Leviathan

20.03.2015 |

Episode #10 of the course “Philosophical ideas that everyone should know”

Philosopher Thomas Hobbes published his book Leviathan in 1651. Leviathan is also the name of a sea monster that is referenced in the Old Testament of the Bible. Perhaps Hobbes named his book after this creature to show that his version of social order is a necessary evil.

Discouraged with the aftermath of the English Civil War, Hobbes creates a gloomy life view of people living in isolated conditions who are only interested in their own security and pleasure. These people are always fighting one another, so cooperation is impossible. Hobbes believes that the only way society can survive in these conditions is with “a common Power to keep them all in awe.” In this book, that is Leviathan.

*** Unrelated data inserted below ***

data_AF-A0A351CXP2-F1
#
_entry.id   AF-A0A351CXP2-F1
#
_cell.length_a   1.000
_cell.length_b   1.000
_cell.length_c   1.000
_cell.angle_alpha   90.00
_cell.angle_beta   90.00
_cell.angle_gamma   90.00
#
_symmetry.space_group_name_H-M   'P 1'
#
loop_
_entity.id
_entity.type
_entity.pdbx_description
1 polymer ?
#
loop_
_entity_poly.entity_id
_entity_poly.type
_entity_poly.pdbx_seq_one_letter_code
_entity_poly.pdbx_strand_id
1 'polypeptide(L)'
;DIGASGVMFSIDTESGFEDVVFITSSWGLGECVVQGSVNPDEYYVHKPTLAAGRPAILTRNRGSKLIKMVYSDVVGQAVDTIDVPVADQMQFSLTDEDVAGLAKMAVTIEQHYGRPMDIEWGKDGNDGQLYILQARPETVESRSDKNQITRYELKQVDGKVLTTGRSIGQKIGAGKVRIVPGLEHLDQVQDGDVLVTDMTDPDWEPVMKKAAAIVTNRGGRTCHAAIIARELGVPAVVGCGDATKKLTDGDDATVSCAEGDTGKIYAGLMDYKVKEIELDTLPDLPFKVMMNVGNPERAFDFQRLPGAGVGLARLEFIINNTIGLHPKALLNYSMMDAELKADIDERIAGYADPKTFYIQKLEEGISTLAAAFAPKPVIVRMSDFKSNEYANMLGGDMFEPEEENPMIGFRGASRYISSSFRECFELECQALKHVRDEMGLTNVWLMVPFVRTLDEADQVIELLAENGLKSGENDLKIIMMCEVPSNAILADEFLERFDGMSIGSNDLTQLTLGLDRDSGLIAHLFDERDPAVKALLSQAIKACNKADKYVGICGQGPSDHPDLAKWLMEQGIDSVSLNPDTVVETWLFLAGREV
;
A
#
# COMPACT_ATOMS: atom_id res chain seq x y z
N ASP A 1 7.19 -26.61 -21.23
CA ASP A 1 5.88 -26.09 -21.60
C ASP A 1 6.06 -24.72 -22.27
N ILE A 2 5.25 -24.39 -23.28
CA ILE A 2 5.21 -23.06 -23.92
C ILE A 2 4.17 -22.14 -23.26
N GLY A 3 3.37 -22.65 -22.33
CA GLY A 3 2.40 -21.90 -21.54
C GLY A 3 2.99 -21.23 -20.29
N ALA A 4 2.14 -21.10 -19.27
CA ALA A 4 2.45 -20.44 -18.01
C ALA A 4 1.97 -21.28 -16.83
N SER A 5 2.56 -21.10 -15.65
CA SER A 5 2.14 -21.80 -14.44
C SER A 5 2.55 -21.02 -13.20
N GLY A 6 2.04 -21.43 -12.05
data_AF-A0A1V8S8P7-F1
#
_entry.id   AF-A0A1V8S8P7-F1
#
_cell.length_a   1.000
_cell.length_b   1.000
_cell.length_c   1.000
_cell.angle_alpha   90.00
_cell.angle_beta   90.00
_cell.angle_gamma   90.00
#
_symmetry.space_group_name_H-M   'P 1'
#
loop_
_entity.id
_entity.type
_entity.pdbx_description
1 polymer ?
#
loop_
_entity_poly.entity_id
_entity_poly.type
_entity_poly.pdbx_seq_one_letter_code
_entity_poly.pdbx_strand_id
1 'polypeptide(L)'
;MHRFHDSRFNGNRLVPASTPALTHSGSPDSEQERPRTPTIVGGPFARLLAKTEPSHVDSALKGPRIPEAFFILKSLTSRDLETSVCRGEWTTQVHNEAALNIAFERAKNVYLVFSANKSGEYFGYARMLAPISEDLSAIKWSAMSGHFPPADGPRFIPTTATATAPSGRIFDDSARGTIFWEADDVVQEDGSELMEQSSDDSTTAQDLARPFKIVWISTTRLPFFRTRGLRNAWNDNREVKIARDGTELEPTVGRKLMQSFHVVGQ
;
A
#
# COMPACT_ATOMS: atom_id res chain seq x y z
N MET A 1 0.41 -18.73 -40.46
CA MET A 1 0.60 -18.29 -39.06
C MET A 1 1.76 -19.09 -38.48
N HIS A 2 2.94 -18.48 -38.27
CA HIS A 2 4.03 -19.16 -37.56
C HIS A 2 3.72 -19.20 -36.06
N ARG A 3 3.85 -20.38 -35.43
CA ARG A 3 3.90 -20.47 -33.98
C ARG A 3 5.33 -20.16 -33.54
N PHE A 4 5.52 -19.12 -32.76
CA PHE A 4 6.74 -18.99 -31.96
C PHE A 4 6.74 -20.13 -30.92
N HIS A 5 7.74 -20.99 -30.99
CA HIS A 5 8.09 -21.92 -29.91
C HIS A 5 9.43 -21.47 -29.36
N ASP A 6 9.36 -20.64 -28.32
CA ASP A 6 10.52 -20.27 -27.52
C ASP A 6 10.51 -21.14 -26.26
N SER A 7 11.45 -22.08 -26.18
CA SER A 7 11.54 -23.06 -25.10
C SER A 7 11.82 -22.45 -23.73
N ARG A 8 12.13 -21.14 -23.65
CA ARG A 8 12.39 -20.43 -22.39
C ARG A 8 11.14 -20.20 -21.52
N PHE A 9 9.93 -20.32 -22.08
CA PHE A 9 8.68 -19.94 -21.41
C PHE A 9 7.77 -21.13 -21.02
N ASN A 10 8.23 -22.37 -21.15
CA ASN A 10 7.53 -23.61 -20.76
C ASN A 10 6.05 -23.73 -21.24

Hobbes uses the name Leviathan to symbolize state power, and currently, the word refers to a state power that is overstepping its authority. To Hobbes, everyone has the instinct to act in their own personal interest, and it is also in the interest of all to cooperate. This combination is the only way we can change conditions of war and poverty. But changing conditions is hard because there is a cost to enforce interpersonal contracts. So how can anyone ensure contractual order? In Hobbes’s view, there is no way out of the violent cycle.

Signing a contract gives certain rights and obligations to all involved parties. The contract between citizen and state is a metaphor intended to explain the responsibility of citizens and the state in relation to each other. Hobbes suggests that people need some higher power to make them obey contracts. All citizens must curb their liberties to foster peace and cooperation. This is accomplished by putting someone in charge to enforce contracts. When citizens agree to give some up some of their sovereignty, then order can be brought to a hopeless society.


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